When Belsara Biswokarma, 22, went into labour she bled profusely, passing in and out of consciousness. A junior paramedic in attendance could only do so much. Villagers then put her in a cloth sling between two poles to carry her to a health post in Lulang.
‘They ran down the treacherous zig-zag steps to the river, and I was swinging from side to side. I was terrified they were going to stumble and fling me into the gorge,’ Belsara tells Stephens. ‘But we crossed the river and halfway up the mountain, I felt these enormous contractions. I could feel the baby’s head between my legs.’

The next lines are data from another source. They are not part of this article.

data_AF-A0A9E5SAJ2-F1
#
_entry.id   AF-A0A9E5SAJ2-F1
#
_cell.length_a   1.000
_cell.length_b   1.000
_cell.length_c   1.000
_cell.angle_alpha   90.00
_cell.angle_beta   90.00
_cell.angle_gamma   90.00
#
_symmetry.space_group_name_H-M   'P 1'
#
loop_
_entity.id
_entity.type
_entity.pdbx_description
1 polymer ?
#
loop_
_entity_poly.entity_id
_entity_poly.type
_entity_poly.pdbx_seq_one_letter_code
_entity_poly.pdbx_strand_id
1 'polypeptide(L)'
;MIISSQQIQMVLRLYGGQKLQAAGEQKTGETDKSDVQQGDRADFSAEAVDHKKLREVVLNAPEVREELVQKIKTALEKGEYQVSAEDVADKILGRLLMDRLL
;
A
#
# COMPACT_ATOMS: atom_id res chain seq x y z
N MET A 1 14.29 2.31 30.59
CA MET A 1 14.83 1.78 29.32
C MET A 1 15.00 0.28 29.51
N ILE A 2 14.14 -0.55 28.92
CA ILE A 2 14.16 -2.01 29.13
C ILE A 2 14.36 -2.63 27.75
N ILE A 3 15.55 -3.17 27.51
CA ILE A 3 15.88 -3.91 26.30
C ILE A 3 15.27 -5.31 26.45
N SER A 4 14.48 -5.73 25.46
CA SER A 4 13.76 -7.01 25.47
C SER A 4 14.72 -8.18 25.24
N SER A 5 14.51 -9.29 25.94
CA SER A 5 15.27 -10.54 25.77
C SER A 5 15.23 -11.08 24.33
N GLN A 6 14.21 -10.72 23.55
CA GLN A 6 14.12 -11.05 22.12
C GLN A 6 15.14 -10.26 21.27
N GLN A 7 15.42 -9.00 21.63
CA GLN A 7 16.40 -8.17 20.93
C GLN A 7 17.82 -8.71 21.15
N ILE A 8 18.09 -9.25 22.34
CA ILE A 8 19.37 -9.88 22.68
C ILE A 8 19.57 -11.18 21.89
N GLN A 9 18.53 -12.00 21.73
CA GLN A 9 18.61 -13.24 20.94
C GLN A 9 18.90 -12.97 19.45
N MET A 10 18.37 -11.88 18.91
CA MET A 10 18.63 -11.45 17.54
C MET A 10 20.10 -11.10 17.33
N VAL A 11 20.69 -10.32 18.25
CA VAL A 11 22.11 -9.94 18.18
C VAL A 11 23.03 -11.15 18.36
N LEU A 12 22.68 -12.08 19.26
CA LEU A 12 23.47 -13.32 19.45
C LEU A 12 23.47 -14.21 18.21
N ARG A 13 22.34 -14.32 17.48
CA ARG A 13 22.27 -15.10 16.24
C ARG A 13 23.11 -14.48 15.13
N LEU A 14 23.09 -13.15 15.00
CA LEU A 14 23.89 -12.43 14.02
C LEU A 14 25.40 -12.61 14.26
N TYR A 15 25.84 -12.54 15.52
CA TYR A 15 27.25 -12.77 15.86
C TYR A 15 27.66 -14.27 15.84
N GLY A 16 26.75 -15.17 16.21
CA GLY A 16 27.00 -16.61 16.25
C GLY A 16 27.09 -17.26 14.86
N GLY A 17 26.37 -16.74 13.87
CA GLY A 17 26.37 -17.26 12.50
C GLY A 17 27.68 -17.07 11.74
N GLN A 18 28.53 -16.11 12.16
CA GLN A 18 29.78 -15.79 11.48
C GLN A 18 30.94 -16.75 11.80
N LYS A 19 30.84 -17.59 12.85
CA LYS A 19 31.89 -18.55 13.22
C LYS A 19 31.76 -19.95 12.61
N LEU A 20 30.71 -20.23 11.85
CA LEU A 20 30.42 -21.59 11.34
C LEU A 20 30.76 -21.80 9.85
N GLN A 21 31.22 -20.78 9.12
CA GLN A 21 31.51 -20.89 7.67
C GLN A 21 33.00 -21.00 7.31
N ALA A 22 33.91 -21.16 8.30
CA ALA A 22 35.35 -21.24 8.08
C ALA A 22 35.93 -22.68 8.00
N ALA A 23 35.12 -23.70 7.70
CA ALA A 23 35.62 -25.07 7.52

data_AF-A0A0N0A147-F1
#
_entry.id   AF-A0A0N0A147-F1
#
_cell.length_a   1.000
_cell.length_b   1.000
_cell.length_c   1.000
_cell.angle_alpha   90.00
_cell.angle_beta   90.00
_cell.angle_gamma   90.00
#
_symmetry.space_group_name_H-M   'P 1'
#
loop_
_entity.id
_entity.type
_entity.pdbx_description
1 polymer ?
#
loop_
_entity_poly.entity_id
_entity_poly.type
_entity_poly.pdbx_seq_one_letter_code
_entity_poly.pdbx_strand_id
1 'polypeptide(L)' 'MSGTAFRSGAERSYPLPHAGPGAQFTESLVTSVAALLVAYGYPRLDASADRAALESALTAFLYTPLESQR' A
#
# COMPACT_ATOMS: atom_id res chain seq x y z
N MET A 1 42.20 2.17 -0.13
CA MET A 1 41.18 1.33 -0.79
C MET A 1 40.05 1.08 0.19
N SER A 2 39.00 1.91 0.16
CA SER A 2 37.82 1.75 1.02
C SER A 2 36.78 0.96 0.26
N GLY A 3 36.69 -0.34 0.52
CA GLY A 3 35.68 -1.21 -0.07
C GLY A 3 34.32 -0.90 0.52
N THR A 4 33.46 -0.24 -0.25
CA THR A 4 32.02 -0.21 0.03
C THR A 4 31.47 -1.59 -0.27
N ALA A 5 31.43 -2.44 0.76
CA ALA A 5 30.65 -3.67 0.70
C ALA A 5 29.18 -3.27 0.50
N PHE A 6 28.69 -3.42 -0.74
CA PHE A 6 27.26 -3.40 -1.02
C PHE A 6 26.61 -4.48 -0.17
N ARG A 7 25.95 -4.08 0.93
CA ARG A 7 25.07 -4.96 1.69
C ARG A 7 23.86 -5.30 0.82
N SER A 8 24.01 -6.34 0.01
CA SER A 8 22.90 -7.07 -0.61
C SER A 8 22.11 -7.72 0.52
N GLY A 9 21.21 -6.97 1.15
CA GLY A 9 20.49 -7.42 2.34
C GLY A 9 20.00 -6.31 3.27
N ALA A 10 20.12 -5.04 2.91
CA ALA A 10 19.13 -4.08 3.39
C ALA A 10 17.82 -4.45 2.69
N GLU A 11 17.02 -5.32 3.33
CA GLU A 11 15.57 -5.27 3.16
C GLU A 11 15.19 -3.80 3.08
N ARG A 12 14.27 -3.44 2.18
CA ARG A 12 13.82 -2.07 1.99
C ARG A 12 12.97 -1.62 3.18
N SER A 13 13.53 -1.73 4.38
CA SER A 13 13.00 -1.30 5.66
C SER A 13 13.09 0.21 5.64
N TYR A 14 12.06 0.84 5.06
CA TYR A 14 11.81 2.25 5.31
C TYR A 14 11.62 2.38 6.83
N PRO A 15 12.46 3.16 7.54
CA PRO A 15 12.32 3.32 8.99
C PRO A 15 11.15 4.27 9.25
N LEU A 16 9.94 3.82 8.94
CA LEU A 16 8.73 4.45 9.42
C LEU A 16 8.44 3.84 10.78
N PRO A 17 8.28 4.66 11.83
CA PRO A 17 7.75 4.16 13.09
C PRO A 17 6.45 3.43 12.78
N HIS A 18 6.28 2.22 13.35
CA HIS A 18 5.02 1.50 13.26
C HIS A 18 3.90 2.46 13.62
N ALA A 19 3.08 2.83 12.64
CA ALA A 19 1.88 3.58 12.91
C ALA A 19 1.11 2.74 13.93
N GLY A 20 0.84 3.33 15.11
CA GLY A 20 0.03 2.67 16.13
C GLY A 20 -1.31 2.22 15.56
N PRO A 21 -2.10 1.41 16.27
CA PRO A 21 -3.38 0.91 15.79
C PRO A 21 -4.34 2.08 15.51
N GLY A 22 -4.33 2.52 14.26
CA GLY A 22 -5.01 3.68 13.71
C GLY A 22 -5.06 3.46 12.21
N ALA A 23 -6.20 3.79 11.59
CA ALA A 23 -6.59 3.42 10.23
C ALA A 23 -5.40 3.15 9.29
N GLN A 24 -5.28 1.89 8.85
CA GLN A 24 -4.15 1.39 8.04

Amrita Biswakarma was abducted by her husband when she was 16, as per the common practice of ‘kidnap marriage’ which Stephens is not so judgemental about. ‘Even though they are traumatised at the time, it appears that once married they are well-treated by their husbands, and love or happiness grows with time,’ she writes.
After 13 years of marriage, Amrita is happy with three children, but is sad that her husband is once again leaving to work in Qatar. Many men even from these remotest regions of Nepal migrate to India or the Gulf for work.